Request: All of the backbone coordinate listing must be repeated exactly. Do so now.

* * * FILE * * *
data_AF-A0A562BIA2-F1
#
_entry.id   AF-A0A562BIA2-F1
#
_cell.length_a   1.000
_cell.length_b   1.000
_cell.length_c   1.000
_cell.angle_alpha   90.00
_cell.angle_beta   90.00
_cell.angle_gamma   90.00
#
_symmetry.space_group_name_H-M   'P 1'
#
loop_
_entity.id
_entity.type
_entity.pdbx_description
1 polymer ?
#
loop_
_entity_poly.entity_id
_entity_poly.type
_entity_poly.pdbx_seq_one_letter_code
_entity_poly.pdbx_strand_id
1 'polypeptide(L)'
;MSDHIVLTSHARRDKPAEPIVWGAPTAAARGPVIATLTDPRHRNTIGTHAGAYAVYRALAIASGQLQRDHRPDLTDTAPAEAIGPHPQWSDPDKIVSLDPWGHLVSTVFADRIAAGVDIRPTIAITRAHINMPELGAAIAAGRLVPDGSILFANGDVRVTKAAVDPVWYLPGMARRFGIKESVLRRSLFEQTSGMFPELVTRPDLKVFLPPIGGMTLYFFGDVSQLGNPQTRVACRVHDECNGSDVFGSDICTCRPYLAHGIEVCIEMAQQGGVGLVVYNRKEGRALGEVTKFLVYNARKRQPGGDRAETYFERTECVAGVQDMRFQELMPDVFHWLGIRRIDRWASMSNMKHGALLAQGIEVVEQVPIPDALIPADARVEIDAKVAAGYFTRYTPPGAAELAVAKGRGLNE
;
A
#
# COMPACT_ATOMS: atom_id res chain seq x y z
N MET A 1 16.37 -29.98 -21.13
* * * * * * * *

data_AF-A0A562BIA2-F1
#
_entry.id   AF-A0A562BIA2-F1
#
_cell.length_a   1.000
_cell.length_b   1.000
_cell.length_c   1.000
_cell.angle_alpha   90.00
_cell.angle_beta   90.00
_cell.angle_gamma   90.00
#
_symmetry.space_group_name_H-M   'P 1'
#
loop_
_entity.id
_entity.type
_entity.pdbx_description
1 polymer ?
#
loop_
_entity_poly.entity_id
_entity_poly.type
_entity_poly.pdbx_seq_one_letter_code
_entity_poly.pdbx_strand_id
1 'polypeptide(L)'
;MSDHIVLTSHARRDKPAEPIVWGAPTAAARGPVIATLTDPRHRNTIGTHAGAYAVYRALAIASGQLQRDHRPDLTDTAPAEAIGPHPQWSDPDKIVSLDPWGHLVSTVFADRIAAGVDIRPTIAITRAHINMPELGAAIAAGRLVPDGSILFANGDVRVTKAAVDPVWYLPGMARRFGIKESVLRRSLFEQTSGMFPELVTRPDLKVFLPPIGGMTLYFFGDVSQLGNPQTRVACRVHDECNGSDVFGSDICTCRPYLAHGIEVCIEMAQQGGVGLVVYNRKEGRALGEVTKFLVYNARKRQPGGDRAETYFERTECVAGVQDMRFQELMPDVFHWLGIRRIDRWASMSNMKHGALLAQGIEVVEQVPIPDALIPADARVEIDAKVAAGYFTRYTPPGAAELAVAKGRGLNE
;
A
#
# COMPACT_ATOMS: atom_id res chain seq x y z
N MET A 1 16.37 -29.98 -21.13